Genetic Screening and Judaism

Using modern medical technology a wide range of genetic maladies can be detected, but is that a good thing?

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The article is reprinted with permission from Biomedical Ethics and Jewish Law, published by KTAV.

Many years ago, Rabbi Moshe Feinstein was asked whether or not it is advisable for a boy or girl to be screened for Tay‑Sachs disease, and if it is proper, at what age the test should be performed. His answer was: “it is advisable for one preparing to be married to have himself tested. It is also proper to publicize the fact, via newspapers and other media, that such a test is available. It is clear and certain that absolute secrecy must be maintained to prevent anyone from learning the result of such a test performed on another. The physician must not reveal these to anyone…these tests must be performed in private, and, consequently, it is not proper to schedule these tests in large groups as, for example, in Yeshivas, schools, or other similar situations.”

jewish geneticsRabbi Feinstein also points out that most young people are quite sensitive to nervous tension or psychological stress and, therefore, young men (below age twenty) or women (below age eighteen) not yet contemplating marriage should not be screened for Tay‑Sachs disease. Finally, Rabbi Feinstein strongly condemns abortion for Tay‑Sachs disease and even questions the permissibility of the amniocentesis which proves the presence of a Tay‑Sachs fetus, since amniocentesis is not without risk, albeit small.

In 1968, Rabbi Eliezer Yehudah Waldenberg published a responsum allowing abortion following amniocentesis during the first trimester if the fetus is determined to have Tay‑Sachs disease. “If there is a strong suspicion that the fetus will he born physically deformed and suffer greatly, one can allow abortion prior to forty days of conception and perhaps even up to three months of the pregnancy before the fetus begins to move.” Eleven years later, Waldenberg published a second responsum allowing termination of pregnancy for Tay‑Sachs disease up to the seventh month of pregnancy because “the defect, the anguish, the shame, the physical and mental pain and suffering of the parents are inestimable.”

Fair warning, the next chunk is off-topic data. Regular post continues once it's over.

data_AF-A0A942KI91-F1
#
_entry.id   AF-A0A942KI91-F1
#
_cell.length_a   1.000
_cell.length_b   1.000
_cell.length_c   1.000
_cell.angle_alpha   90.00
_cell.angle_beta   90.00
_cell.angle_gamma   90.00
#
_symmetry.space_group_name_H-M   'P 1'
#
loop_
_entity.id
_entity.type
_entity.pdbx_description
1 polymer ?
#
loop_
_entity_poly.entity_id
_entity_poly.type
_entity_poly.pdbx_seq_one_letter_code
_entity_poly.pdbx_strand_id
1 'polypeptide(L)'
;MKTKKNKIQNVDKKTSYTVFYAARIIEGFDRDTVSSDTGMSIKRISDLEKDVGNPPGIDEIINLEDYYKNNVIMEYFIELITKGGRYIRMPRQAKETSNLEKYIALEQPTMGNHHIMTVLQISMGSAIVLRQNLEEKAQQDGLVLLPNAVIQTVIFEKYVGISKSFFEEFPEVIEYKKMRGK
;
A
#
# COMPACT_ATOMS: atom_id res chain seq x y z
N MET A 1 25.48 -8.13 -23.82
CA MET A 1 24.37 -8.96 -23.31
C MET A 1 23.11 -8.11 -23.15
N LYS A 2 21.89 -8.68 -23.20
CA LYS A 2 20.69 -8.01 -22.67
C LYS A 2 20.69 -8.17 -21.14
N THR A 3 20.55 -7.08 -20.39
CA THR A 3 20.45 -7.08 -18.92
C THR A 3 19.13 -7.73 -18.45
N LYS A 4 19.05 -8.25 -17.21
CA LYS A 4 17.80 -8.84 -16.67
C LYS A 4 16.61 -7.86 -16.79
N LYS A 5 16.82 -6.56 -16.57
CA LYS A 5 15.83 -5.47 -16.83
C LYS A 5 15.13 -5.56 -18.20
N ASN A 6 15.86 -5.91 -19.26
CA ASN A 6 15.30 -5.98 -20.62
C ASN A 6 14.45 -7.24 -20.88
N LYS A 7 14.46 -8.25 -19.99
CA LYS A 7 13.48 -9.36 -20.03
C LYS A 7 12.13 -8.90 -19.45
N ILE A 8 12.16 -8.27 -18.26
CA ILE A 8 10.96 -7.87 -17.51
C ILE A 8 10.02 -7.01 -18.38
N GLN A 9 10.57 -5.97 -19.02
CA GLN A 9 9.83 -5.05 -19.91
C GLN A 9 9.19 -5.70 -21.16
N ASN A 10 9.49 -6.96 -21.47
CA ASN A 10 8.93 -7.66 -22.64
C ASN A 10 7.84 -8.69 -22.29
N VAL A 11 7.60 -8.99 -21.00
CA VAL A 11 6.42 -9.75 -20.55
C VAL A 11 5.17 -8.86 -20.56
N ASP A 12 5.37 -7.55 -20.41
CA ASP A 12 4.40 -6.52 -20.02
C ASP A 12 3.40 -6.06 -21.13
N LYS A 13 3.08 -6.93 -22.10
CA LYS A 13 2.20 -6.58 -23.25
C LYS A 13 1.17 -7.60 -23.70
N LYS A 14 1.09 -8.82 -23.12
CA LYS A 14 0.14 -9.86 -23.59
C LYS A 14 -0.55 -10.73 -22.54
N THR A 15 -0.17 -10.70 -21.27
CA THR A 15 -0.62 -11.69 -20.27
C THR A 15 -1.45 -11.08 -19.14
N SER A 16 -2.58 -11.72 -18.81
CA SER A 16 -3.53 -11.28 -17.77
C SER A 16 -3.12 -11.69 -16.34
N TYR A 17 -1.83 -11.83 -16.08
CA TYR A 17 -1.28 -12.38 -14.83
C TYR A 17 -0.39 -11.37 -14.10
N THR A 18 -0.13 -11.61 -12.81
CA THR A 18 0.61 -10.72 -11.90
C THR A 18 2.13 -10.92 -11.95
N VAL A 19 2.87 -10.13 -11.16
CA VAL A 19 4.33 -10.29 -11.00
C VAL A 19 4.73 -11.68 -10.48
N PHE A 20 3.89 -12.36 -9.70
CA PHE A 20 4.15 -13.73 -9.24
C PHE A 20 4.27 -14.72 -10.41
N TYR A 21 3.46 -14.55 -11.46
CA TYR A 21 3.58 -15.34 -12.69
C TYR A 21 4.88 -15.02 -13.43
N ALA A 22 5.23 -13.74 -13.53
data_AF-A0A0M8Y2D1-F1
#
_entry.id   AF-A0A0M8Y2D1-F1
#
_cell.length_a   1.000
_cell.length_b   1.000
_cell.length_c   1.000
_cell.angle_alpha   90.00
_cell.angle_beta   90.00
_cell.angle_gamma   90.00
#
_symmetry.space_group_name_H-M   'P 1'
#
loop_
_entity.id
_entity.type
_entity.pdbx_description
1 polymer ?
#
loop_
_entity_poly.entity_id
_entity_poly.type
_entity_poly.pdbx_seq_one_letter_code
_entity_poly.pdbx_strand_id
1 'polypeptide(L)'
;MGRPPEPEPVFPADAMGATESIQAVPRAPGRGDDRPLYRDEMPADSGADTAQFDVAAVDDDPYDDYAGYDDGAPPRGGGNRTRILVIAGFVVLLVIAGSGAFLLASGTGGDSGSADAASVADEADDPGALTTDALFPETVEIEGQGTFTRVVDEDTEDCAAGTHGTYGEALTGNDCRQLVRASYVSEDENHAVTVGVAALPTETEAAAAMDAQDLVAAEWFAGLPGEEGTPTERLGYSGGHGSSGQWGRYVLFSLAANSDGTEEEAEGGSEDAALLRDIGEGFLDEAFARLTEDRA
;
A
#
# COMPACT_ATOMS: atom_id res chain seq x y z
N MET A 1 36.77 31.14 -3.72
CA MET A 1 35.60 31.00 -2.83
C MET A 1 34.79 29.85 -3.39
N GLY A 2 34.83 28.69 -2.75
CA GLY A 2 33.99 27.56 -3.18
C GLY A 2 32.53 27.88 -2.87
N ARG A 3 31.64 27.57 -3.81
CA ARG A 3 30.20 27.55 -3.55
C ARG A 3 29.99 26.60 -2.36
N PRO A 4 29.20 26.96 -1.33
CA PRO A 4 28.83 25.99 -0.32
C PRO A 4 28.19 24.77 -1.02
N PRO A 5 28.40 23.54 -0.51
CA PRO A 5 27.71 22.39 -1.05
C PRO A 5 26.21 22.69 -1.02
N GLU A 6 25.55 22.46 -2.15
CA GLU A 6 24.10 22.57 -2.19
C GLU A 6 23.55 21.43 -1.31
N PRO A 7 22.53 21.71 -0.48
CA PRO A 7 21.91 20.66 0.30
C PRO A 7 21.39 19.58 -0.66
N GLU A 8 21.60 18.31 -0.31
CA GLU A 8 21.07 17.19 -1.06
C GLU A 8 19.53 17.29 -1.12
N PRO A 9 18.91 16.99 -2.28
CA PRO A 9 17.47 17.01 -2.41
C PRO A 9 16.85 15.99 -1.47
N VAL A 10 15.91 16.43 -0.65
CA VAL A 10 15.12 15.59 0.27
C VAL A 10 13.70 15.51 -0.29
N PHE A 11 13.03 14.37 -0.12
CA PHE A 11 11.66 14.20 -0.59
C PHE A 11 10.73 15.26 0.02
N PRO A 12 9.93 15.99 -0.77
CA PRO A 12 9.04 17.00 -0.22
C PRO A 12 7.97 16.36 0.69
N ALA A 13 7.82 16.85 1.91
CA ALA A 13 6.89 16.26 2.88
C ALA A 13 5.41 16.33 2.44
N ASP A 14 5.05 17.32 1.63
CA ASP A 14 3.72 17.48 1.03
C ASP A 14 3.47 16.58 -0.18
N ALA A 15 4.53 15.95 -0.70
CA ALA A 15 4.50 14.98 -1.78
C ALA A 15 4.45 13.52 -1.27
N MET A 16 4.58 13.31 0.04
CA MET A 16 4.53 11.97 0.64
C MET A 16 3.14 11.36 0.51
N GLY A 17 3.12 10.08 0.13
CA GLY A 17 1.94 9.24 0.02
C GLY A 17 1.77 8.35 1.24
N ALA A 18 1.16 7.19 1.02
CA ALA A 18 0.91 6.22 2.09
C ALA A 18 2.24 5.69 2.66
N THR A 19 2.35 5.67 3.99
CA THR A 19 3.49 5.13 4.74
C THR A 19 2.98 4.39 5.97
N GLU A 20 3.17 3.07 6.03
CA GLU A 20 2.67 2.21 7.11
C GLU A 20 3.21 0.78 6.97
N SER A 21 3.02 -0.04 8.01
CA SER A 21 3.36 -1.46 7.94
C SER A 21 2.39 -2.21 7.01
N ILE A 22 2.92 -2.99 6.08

Two methods now exist for totally eliminating the need for prenatal screening for Tay‑Sachs disease and the serious halakhic (Jewish legal) objections to abortion if the fetus is found to be affected. The first method is to perform confidential premarital screening and to strongly discourage the marriage of two carriers. This approach is widely utilized in many orthodox Jewish communities and is under the sponsorship of the Dor Yeshorim organization which claims to have tested over 70,000 people and identified over 100 at risk couples who were advised to avoid such at risk marriages. In the United States, the program has been so successful that presently a baby born with Tay‑Sachs disease is more likely to be a non‑Jew than a Jew. In Israel, such a program to screen for carriers of Tay‑Sachs disease since 1986 has resulted in no Tay‑Sachs children being born to newlywed couples in the ultra orthodox Ashkenazi Jewish community.

The second method to prevent the birth of a Tay‑Sachs baby is to perform preimplantation screening of the in vitro fertilized zygotes if both husband and wife are known carriers and to only use the healthy ones for implantation. The discarding of the affected zygotes is not considered an abortion since the status of a fetus or a potential life in Judaism applies only to a fetus implanted and growing in the mother’s womb. This artificial method of conception is sanctioned by many rabbis for couples who cannot have a child in the normal way in order to enable them to have a child, albeit by assisted reproduction. The Jewish legal question of using artificial means of conception to screen potential fetuses for genetic diseases has yet to be ruled on decisively by modem rabbinic authorities. This seems to be an ethically acceptable option for couples where both husband and wife are carriers of a recessive genetic disease such as Tay‑Sachs or if one partner is a carrier of a dominant gene such as Huntington’s disease (an inherited degenerative disorder which affects both body and mind) or of a sex‑linked genetic disease such as hemophilia.